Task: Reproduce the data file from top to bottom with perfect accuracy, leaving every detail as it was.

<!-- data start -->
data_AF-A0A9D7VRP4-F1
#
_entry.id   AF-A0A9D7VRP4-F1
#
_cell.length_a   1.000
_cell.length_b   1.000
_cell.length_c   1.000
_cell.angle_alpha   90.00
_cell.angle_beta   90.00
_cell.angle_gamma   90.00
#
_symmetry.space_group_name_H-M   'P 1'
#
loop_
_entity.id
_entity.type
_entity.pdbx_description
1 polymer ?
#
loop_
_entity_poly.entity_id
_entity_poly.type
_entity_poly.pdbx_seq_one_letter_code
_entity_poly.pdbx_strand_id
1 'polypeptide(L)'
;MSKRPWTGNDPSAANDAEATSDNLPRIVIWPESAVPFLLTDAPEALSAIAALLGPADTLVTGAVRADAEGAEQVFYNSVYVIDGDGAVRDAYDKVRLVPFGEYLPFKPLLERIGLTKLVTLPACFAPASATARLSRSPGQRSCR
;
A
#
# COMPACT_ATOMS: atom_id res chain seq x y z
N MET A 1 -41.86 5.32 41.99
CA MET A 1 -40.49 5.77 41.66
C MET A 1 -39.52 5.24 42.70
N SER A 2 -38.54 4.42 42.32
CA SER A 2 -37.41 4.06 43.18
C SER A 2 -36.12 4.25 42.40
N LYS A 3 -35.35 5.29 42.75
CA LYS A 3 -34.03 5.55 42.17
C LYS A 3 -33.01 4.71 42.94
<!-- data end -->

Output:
data_AF-A0A9D7VRP4-F1
#
_entry.id   AF-A0A9D7VRP4-F1
#
_cell.length_a   1.000
_cell.length_b   1.000
_cell.length_c   1.000
_cell.angle_alpha   90.00
_cell.angle_beta   90.00
_cell.angle_gamma   90.00
#
_symmetry.space_group_name_H-M   'P 1'
#
loop_
_entity.id
_entity.type
_entity.pdbx_description
1 polymer ?
#
loop_
_entity_poly.entity_id
_entity_poly.type
_entity_poly.pdbx_seq_one_letter_code
_entity_poly.pdbx_strand_id
1 'polypeptide(L)'
;MSKRPWTGNDPSAANDAEATSDNLPRIVIWPESAVPFLLTDAPEALSAIAALLGPADTLVTGAVRADAEGAEQVFYNSVYVIDGDGAVRDAYDKVRLVPFGEYLPFKPLLERIGLTKLVTLPACFAPASATARLSRSPGQRSCR
;
A
#
# COMPACT_ATOMS: atom_id res chain seq x y z
N MET A 1 -41.86 5.32 41.99
CA MET A 1 -40.49 5.77 41.66
C MET A 1 -39.52 5.24 42.70
N SER A 2 -38.54 4.42 42.32
CA SER A 2 -37.41 4.06 43.18
C SER A 2 -36.12 4.25 42.40
N LYS A 3 -35.35 5.29 42.75
CA LYS A 3 -34.03 5.55 42.17
C LYS A 3 -33.01 4.71 42.94